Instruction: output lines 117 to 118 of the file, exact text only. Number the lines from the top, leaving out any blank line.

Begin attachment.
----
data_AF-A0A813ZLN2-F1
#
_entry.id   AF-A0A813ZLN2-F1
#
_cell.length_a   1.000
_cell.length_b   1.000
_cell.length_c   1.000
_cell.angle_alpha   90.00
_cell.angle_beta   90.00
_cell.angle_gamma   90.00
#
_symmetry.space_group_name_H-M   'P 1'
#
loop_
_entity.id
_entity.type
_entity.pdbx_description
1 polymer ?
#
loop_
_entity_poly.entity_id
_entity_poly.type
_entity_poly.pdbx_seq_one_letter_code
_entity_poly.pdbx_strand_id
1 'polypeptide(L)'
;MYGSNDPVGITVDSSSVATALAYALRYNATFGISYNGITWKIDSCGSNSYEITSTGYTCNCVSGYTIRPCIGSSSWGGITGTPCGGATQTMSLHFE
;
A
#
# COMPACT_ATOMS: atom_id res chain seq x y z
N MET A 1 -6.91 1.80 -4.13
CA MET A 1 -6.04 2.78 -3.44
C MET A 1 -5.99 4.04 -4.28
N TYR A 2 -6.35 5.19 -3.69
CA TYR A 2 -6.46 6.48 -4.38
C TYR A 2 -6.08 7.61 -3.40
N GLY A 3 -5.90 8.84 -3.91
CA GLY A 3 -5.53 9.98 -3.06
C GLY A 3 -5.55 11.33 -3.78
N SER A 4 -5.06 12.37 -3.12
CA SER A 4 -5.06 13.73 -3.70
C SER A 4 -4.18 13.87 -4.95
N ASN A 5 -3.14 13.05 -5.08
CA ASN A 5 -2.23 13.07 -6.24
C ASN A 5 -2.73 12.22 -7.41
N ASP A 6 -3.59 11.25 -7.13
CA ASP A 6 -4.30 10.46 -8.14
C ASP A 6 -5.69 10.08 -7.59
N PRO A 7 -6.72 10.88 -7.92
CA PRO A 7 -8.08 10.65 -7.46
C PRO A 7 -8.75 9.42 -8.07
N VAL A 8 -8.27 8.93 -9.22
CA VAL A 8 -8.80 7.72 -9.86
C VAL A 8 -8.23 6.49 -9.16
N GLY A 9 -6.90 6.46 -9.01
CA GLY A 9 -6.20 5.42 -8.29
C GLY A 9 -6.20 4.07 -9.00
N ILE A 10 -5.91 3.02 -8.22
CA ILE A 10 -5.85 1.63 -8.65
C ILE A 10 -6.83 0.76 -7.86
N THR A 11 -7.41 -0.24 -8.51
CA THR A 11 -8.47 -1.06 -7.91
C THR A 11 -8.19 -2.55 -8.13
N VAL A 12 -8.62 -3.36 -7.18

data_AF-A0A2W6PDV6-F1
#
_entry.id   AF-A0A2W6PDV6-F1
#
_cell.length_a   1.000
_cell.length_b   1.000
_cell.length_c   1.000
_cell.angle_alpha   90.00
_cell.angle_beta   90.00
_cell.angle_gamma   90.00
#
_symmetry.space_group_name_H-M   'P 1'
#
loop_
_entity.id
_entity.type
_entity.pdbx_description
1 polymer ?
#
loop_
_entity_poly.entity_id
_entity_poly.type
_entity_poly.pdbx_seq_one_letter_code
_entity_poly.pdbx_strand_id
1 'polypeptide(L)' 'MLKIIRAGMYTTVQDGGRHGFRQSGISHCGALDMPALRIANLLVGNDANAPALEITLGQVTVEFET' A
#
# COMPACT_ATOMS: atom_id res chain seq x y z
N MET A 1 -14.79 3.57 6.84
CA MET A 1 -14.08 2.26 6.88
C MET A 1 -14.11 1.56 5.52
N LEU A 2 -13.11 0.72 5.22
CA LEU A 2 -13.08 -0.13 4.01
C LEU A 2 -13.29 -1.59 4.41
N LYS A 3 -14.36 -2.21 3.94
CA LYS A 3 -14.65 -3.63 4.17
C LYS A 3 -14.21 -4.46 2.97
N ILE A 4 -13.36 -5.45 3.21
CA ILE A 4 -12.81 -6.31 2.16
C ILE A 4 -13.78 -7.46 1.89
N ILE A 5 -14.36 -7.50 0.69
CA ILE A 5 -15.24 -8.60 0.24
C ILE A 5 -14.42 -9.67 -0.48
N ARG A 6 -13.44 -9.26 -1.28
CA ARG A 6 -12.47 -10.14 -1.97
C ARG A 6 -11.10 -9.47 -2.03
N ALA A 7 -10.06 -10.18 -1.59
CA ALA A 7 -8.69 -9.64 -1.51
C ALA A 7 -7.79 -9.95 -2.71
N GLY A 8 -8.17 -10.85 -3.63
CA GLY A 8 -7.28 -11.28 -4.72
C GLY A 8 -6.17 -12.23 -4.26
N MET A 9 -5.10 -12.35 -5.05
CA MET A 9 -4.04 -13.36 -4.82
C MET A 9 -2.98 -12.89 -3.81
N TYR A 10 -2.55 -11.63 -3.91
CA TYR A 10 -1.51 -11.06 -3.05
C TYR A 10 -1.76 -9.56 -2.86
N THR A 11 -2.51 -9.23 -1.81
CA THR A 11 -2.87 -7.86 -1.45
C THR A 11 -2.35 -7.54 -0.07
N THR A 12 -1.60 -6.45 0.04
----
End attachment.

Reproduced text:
CA MET A 9 -4.04 -13.36 -4.82
C MET A 9 -2.98 -12.89 -3.81